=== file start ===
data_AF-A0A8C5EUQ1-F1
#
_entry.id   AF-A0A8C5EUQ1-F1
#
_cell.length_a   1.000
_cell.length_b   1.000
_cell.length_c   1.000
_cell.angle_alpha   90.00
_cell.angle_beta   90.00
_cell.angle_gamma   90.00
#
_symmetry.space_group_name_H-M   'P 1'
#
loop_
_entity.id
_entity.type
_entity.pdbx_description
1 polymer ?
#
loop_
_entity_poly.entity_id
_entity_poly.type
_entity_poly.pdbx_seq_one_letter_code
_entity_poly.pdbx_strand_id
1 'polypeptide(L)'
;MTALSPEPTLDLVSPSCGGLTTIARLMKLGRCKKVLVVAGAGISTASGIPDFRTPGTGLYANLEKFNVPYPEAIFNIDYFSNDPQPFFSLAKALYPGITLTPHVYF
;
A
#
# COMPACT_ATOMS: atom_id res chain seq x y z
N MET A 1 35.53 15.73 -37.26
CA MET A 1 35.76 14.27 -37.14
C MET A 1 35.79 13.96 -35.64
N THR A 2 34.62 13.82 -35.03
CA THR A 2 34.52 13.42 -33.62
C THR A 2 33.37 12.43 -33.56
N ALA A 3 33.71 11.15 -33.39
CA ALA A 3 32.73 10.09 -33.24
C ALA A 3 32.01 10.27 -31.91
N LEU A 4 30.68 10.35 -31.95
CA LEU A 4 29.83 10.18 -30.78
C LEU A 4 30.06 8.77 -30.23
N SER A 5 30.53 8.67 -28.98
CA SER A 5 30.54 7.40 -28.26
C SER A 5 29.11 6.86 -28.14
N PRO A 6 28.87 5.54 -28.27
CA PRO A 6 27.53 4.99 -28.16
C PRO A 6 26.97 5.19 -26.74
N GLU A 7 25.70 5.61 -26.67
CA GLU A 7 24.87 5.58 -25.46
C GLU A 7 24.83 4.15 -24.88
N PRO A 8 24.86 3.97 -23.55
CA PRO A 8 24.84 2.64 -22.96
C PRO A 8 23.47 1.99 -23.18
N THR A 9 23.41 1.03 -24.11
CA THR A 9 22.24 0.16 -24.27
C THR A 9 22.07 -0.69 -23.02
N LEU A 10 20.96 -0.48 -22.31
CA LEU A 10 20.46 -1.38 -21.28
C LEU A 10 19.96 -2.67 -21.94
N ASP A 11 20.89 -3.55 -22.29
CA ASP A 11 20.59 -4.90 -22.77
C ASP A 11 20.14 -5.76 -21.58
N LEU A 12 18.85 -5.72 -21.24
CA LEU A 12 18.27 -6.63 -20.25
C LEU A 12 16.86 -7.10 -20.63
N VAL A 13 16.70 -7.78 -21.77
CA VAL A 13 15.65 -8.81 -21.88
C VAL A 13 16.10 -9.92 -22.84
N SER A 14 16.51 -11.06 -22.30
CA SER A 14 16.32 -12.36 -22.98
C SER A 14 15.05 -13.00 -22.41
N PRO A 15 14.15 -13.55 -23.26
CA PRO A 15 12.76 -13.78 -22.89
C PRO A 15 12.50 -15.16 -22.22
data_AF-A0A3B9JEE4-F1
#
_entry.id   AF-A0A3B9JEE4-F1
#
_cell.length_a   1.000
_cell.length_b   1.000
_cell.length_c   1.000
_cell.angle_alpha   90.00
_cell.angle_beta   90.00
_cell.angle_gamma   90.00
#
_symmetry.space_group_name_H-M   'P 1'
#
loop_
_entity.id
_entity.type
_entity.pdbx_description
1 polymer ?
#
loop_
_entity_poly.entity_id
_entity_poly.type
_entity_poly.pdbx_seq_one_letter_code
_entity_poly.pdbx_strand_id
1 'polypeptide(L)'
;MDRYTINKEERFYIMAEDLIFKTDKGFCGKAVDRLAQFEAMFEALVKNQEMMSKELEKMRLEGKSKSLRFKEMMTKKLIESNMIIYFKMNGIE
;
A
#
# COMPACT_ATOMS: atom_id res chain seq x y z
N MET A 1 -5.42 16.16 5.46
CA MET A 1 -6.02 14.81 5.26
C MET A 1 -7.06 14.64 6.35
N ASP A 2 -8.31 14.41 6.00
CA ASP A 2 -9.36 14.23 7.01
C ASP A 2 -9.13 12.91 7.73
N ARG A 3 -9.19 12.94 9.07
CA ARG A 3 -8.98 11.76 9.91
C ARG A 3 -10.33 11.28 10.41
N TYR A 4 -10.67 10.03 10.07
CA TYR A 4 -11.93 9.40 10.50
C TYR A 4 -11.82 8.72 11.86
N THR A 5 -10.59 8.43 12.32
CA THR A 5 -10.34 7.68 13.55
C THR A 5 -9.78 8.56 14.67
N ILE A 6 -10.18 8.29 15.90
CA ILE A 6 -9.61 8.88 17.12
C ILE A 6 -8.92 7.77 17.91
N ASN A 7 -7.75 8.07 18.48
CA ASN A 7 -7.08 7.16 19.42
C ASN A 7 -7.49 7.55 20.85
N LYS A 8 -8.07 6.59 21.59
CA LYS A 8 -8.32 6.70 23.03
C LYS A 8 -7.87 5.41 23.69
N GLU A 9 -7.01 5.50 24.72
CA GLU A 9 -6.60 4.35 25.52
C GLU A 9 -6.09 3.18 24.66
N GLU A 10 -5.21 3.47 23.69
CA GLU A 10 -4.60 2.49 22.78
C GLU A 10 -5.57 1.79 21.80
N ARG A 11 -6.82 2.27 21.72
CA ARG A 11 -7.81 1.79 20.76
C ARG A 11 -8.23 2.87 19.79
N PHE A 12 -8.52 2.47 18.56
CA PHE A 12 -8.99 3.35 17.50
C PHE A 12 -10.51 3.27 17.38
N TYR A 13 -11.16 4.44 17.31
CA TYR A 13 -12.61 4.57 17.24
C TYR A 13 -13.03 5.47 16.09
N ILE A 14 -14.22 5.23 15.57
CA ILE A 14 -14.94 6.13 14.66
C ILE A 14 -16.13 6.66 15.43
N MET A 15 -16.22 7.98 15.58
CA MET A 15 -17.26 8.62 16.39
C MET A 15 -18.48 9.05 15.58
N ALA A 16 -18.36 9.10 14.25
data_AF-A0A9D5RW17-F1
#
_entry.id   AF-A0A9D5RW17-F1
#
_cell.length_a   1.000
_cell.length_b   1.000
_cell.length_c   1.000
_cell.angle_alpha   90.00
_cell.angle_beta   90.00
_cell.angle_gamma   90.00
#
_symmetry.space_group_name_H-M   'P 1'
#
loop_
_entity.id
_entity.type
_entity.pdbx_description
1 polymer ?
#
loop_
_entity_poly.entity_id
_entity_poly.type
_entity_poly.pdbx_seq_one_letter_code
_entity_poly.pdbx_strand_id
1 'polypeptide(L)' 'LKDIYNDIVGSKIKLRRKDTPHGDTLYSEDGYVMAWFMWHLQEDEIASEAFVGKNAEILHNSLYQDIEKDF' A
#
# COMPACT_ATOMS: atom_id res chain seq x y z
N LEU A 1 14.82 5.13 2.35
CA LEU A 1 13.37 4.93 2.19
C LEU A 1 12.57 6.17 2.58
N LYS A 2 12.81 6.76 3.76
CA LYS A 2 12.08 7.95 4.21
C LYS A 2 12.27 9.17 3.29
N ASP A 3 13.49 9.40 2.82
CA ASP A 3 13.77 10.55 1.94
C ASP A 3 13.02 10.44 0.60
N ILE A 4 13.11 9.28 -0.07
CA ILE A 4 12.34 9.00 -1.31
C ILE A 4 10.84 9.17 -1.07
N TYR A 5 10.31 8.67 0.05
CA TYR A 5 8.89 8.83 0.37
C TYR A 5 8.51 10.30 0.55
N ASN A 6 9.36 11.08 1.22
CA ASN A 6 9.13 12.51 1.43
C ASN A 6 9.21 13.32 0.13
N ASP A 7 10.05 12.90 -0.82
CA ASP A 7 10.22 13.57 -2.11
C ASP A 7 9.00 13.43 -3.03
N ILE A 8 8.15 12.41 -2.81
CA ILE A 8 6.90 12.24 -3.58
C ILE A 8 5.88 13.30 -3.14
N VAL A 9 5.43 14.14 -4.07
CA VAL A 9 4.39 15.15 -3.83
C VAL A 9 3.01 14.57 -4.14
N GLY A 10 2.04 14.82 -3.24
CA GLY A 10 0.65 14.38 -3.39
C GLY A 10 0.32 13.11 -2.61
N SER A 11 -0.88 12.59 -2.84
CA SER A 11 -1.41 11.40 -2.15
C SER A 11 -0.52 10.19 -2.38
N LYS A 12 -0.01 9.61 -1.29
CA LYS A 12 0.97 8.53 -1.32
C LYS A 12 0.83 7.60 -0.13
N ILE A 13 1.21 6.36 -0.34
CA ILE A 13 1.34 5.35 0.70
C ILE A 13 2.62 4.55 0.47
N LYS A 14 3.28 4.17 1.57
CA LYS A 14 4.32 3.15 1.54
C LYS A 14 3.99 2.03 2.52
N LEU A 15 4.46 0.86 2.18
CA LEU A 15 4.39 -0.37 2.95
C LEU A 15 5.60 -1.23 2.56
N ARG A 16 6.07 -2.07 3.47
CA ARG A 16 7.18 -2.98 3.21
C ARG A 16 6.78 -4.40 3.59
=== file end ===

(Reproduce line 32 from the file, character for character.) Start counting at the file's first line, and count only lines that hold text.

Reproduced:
CA MET A 1 35.76 14.27 -37.14